Bryan Ayer

Bryan Ayer 5 months, 1 week ago on Our View: City employees have earned a return to normalcy

I am a city employee. I work for the Parks and Rec as a Crew Leader. We have 3 districts and 3 crew leaders that cover an area from Whistler park all the way out to the Heritage Park Soccer fields. We take pride in taking care of all the athletic fields, parks and landscapes and facility grounds across this great town of ours. Much of what we do contributes to the enjoyment of the outdoors for citizens and guests alike. We take a professional attitude in making sure fields are safe and in good shape for play so that the city can host Triple Crown, Soccer, Rugby and Lacrosse tournaments, all of which supply much of our sales tax base in the summertime.
This is just my story, there are others in the city in the same situation. I grew up in Steamboat and worked in the private sector for most of it. Even owned my own business. In most of those jobs I felt like I was paid what the job reflected. Currently I have been with the city over 10 years. I work two to three jobs to make ends meat and have picked up more shifts since the furloughs.
I am currently only 38 cents above the bottom of my range and am only paid for 36 hours. I am a Certified Parks and Recreational Professional, a Certified Playground Inspector and Certified in Cpr. I do get benefits in many forms and am grateful for those, but then again that is part of the reason that people try to get a job with a government agency. It's a large part of recruiting. But my wage and the range is currently not competitive. The pay does not match the job, which is something I never felt in the private sector.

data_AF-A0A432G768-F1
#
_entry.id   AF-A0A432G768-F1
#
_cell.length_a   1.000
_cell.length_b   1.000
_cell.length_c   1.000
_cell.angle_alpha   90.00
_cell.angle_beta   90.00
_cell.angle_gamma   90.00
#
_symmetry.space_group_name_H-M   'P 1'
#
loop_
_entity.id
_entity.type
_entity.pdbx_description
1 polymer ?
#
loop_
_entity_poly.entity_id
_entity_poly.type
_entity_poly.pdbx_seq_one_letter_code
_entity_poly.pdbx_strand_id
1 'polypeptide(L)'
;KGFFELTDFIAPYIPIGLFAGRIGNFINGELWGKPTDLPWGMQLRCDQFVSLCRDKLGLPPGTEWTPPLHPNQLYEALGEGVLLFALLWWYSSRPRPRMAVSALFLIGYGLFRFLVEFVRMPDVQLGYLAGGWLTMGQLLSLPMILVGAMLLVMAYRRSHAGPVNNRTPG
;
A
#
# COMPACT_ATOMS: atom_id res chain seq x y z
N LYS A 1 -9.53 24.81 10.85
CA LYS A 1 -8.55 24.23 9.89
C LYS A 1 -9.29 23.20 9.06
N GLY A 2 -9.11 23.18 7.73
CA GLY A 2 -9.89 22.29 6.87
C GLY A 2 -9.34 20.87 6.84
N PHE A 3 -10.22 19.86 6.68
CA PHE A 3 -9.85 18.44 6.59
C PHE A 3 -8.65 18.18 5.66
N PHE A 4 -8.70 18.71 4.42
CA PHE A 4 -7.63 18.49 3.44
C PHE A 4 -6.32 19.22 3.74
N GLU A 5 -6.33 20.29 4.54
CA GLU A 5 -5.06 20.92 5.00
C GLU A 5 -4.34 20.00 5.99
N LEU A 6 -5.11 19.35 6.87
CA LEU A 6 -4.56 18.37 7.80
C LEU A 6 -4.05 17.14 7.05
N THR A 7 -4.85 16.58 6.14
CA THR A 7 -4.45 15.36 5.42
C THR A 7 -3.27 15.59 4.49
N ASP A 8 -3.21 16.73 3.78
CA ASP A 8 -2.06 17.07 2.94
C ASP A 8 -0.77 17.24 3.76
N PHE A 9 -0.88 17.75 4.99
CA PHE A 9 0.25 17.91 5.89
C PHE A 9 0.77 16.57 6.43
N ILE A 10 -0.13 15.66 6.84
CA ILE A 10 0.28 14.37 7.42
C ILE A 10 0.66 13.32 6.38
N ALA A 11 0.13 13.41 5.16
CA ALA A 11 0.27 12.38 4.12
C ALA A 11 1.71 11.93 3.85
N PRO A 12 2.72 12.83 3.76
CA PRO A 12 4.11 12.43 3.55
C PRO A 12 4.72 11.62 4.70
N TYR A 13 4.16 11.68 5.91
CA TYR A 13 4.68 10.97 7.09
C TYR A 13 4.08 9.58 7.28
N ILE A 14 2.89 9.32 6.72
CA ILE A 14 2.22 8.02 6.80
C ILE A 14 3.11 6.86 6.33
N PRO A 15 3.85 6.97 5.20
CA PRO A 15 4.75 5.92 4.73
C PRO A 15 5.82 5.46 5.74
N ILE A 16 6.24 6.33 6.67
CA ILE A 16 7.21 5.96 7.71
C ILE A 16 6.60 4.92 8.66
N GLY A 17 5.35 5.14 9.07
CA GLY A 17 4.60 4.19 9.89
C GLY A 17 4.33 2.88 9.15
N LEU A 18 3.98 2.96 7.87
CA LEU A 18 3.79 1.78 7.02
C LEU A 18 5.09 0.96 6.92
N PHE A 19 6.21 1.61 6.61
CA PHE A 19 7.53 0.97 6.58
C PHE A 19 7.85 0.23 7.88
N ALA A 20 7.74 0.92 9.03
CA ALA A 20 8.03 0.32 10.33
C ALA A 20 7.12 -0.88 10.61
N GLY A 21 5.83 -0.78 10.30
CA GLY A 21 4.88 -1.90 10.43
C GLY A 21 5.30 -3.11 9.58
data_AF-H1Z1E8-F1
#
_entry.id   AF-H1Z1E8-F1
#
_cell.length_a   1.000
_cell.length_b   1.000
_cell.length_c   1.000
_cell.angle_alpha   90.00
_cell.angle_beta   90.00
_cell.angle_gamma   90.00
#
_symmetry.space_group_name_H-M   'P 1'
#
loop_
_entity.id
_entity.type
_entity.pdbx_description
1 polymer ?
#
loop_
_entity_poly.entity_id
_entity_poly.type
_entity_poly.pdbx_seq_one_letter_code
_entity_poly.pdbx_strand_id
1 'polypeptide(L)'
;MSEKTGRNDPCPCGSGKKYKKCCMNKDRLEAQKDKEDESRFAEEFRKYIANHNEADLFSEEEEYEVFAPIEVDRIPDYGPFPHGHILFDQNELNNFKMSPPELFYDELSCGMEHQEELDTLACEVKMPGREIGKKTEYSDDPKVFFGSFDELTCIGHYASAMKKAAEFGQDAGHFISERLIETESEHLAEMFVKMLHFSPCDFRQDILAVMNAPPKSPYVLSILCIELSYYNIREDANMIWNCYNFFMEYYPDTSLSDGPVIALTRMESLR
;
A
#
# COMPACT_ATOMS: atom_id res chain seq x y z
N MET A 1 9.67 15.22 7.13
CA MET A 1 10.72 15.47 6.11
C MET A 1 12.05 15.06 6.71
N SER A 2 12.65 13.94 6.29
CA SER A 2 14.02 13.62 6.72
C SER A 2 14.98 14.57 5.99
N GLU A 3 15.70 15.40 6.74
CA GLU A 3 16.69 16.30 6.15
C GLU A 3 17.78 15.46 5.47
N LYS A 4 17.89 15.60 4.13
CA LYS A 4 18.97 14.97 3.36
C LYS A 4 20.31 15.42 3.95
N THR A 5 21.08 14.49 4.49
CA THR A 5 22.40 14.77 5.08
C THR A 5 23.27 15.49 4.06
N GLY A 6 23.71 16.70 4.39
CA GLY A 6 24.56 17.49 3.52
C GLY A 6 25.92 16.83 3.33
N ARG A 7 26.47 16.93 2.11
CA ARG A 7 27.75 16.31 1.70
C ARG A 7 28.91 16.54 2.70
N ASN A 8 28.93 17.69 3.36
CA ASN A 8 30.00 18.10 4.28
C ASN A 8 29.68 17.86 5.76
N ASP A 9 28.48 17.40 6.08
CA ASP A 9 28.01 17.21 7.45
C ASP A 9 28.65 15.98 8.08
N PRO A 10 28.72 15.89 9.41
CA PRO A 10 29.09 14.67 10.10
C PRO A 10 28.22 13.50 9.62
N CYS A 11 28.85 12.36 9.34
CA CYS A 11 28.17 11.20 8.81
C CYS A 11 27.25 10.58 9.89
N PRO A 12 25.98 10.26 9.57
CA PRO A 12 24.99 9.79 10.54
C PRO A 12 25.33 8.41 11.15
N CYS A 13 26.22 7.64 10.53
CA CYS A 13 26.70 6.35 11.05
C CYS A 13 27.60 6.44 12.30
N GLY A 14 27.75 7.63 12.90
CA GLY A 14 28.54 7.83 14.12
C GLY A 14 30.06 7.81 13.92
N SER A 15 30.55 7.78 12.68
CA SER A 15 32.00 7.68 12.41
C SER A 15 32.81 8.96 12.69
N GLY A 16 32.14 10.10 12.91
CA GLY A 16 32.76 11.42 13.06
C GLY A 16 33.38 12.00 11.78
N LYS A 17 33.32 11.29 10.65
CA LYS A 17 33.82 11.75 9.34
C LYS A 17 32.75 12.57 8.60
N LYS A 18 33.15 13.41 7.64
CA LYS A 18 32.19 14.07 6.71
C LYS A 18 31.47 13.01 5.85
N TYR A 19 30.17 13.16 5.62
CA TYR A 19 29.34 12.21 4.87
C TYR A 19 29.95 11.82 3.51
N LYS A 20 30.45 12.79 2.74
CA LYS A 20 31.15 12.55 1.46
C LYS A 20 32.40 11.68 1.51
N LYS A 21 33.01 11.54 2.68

All the discussion with the current pay raises should not be about "raises" but comparable pay for comparable work. Within the proposition of this current one time pay plan, not all city employees are getting huge raises. Due to different departmental management styles, some people are already at the top of their range while others are at the bottom. This proposed pay plan really only solves the compression issue and keeps jobs competitive. The work that the city management has put in is really to keep the jobs competitive so as to find and retain the best workers possible. Currently we have been losing exceptional people not only because the pay is not competitive but also that working for the city is currently a stagnant job without much hope for financial or personal growth.
Even though I should probably not present my ideas and opinions to a public forum, I feel that much of the discussion has been missing the human element that is felt by your neighbors and friends that work for the city of Steamboat. I enjoy working for my real bosses, the taxpayers, and hope that you find that we are doing good work. Constituent support of this pay plan would be much appreciated as we will continue to work hard for your money. Thanks

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